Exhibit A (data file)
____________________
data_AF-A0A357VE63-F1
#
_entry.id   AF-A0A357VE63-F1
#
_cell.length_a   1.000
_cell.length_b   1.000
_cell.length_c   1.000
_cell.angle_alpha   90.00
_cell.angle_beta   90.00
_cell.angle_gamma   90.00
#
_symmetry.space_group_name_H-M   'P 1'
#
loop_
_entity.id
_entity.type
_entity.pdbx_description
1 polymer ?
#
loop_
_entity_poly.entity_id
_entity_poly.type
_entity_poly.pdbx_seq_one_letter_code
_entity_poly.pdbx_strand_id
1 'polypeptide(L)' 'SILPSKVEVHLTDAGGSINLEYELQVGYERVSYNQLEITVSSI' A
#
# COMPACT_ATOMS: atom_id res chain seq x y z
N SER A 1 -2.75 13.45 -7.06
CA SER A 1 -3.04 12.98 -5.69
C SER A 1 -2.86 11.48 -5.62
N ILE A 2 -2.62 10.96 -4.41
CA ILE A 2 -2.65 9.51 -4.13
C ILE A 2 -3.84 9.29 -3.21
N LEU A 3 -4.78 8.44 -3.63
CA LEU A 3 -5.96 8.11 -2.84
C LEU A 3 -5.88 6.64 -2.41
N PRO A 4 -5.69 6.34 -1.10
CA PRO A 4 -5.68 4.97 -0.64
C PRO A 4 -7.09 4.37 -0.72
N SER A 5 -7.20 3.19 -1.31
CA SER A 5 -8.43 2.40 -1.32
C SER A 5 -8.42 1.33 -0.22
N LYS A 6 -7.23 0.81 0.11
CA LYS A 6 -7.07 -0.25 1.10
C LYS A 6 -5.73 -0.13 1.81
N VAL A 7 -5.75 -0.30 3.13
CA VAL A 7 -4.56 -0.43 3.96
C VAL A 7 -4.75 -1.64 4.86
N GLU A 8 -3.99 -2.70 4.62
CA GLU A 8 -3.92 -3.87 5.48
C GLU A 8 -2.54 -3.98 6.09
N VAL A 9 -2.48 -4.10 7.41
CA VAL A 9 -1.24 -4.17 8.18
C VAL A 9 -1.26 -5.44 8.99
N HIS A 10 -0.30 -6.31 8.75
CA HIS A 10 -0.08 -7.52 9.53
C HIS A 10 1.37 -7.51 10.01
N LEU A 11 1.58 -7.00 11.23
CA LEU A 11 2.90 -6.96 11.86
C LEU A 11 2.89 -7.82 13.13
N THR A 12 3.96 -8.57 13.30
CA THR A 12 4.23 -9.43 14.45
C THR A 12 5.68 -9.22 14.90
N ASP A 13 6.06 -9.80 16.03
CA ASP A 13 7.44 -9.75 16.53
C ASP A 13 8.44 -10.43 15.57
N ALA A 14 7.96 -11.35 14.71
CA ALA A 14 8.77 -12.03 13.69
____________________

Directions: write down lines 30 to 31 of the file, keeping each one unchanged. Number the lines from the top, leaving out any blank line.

C SER A 1 -2.86 11.48 -5.62
N ILE A 2 -2.62 10.96 -4.41